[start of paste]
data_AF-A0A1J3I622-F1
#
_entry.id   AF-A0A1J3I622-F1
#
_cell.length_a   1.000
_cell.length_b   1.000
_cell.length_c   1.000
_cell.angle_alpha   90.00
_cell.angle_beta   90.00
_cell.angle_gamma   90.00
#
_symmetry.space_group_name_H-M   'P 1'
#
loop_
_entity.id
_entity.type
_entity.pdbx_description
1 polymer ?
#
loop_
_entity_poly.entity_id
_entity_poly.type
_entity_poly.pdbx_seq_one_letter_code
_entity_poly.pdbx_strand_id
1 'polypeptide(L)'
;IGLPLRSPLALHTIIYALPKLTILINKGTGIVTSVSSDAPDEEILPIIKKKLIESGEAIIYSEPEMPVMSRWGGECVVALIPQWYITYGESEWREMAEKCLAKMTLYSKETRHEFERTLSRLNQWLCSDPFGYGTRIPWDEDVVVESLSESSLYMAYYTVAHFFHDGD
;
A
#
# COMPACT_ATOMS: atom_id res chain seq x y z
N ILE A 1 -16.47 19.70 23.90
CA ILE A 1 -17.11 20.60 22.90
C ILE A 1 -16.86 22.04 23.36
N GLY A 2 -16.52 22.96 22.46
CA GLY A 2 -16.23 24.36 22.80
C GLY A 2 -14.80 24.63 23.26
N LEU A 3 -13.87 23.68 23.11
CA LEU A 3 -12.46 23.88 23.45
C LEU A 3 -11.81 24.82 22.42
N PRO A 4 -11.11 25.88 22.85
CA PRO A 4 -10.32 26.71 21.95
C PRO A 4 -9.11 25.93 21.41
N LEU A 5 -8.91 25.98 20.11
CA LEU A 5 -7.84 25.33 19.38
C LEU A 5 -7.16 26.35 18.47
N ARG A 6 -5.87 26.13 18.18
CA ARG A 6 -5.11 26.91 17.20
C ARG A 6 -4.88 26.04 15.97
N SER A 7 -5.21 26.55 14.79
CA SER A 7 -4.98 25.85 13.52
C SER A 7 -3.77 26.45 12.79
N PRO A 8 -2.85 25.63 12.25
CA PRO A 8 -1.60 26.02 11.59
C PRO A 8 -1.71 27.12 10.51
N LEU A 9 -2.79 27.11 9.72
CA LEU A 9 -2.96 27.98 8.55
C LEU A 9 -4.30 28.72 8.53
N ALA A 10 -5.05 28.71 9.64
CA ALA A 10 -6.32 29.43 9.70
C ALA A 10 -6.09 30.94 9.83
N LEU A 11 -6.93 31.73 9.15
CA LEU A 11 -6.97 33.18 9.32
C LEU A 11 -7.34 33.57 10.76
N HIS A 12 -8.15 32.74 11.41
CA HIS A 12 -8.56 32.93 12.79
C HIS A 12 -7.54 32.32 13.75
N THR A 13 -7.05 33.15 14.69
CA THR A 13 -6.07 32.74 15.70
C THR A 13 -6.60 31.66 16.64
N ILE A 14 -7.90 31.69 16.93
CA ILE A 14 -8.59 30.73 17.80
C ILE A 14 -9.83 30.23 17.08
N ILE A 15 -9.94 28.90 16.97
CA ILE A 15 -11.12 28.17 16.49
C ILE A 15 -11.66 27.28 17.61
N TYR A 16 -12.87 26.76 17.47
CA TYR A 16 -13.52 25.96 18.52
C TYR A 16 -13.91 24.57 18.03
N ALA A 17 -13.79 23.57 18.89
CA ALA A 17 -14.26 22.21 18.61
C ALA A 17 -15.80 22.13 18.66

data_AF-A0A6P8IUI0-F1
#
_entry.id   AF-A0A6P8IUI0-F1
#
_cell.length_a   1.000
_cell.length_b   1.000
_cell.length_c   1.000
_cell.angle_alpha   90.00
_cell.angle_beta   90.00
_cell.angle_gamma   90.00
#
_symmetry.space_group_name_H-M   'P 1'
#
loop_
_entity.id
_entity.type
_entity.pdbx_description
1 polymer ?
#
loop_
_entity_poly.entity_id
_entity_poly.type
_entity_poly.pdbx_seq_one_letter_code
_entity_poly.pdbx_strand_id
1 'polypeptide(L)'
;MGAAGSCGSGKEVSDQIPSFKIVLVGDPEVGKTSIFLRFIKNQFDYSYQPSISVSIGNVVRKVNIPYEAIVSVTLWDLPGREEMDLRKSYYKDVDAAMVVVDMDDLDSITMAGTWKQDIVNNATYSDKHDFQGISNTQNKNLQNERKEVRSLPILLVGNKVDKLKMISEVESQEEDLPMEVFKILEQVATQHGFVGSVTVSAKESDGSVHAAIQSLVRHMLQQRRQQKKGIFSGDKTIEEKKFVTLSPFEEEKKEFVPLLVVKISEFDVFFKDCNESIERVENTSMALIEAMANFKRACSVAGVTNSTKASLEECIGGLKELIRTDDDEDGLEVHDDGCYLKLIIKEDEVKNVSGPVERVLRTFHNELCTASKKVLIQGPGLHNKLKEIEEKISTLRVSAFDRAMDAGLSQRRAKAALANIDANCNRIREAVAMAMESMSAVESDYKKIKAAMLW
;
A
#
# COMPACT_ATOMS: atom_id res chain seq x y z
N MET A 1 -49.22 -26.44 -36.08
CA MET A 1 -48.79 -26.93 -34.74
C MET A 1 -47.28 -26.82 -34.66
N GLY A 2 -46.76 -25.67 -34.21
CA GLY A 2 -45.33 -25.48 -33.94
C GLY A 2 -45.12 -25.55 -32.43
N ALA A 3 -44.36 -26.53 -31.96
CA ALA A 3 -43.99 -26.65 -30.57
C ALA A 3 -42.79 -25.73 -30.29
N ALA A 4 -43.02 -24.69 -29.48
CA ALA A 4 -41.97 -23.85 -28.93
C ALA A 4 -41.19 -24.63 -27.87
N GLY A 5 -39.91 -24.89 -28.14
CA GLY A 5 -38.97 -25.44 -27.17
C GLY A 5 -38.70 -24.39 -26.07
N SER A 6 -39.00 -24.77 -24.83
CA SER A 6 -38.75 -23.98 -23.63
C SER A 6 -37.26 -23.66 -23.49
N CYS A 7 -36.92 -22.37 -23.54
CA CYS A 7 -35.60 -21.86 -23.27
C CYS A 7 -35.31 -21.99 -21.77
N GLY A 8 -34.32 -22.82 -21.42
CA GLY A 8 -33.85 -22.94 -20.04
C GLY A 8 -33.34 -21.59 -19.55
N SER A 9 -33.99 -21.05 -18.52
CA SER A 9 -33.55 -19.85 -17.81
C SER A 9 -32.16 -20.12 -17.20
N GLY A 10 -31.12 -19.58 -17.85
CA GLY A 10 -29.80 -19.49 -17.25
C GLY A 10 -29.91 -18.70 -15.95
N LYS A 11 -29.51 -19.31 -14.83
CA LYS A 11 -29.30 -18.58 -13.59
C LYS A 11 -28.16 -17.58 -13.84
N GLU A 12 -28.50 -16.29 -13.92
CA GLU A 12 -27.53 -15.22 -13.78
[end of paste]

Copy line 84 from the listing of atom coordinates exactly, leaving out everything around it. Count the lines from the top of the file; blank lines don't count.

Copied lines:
_entry.id   AF-A0A6P8IUI0-F1